If the seven wines below are any guide to the way the 2009 vintage is progressing in Pomerol, the vintage looks very exciting indeed. Chateau La Conseillante, Chateau Clinet and Chateau Petit-Village are outstanding wines. La Conseillante was the least impressive of the trio when tasted last April, but it has moved on significantly in terms of weight, depth and complexity. Chateau Clinet is gorgeous, simply dazzling. Just beneath this stratosphere, but only just, Chateau Gazin has produced a terrific wine, certainly the best I’ve had from this estate, though it’s not quite the bargain it once was. Not that you really get bargain Pomerol these days, but Chateau Beauregard and Chateau La Pointe provide real bang for your buck, La Pointe especially which has produced a sumptuous wine. Chateau La Cabanne feels a bit pedestrian by comparison but it’s a pretty good effort in itself.
Posts Tagged ‘Pomerol’
So we have a week to collect ourselves during Vinexpo, Bordeaux’s wine trade fair that runs this week, to assess just where we are with the controversial release prices of the 2010 Bordeaux vintage. If you thought prices for 2009 were a bit heady then so far the prices of some 2010s have been eye-watering. In certain notable cases prices are up 40% year on year and that on top of similar increases last year. You wonder why Bank of England chief Mervyn King is losing sleep about the UK’s paltry 4.5% inflation rate. Small beer Merv, get with it. Bordeaux’s up ten times as much.
Pomerol looks to have had a great vintage in 2010. The freshness, balance and concentration of the best wines here is quite remarkable. As usual there is plumpness and accessibility but there is grip and stuffing too. Some are a bit simple and a few rather jammy and late picked in feel, but these seem to be the exception in what are a very homogeneous set of wines. One caveat here is that my tastings were limited to those at the Unions des Grands Crus held at Chateau La Pointe and those at the Cercle Rive Droite. Amongst the picks here were Chateau Petit-Village, Chateau La Conseillante and Chateau Clinet which are at least as good if not even better than in 2009. I was also very impressed with Chateau Fayat, Chateau Feytit-Clinet, Chateau Gazin, Chateau La Croix de Gay, Chateau Le Bon Pasteur, Chateau Gazin, Chateau Nenin and Chateau Rouget. Good value can also be had with Chateau Bourgneuf, Chateau Clos du Clocher, Chateau Taillefer and Chateau Montviel. There is such a lot of joy in these wines.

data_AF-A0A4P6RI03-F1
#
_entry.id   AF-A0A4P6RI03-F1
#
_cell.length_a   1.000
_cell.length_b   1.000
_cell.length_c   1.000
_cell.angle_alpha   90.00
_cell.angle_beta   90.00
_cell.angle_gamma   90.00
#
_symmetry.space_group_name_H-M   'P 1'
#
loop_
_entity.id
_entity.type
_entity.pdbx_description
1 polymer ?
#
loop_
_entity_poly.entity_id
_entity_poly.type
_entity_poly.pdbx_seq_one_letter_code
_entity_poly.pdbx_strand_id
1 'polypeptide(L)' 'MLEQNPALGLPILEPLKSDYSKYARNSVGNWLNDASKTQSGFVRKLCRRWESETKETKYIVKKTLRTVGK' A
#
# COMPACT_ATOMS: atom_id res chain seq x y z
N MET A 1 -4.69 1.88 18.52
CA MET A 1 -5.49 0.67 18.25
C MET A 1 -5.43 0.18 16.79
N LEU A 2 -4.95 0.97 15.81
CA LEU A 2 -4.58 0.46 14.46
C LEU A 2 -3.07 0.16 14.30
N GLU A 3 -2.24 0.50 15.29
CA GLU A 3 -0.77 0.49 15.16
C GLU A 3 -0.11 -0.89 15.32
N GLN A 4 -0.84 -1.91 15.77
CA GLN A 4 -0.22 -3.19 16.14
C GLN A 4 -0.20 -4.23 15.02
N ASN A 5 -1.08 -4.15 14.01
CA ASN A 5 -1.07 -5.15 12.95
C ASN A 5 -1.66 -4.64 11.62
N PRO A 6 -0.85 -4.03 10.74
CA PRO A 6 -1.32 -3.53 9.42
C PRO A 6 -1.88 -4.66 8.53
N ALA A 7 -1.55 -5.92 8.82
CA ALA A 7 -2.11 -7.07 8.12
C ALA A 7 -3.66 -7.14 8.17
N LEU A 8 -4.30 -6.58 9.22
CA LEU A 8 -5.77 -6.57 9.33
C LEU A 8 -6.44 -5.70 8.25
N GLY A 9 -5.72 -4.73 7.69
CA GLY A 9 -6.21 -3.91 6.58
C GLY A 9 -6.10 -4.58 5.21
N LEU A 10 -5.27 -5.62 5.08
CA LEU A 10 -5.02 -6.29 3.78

After tasting two hundred plus wines in the past week, I’ve found plenty of fruit, tannin and acid, not always in that order, but certainly in number in Bordeaux 2010. There is a lot of everything in Bordeaux 2010. Lots of colour, often dense saturated colour across the board, but then there is also plenty of extract, tannin and acid, and then more acid and tannin still. It makes the wines a bit tricky to judge. In fact I spent a lot of time re-tasting wines because I found some difficult to evaluate. 2010 is a great vintage in many respects, but there is irregularity too. Winemaking judgement was exceptionally important in this vintage, with such dense, thick and concentrated berries those properties with a lightness of touch and flexibility have made the best wines. Those that have extracted too much have made monsters, with tannins and grip to match, not that the wines divide so neatly into those camps, I wish it were that easy. 2009 was undoubtedly more straightforward to judge at the same stage last year.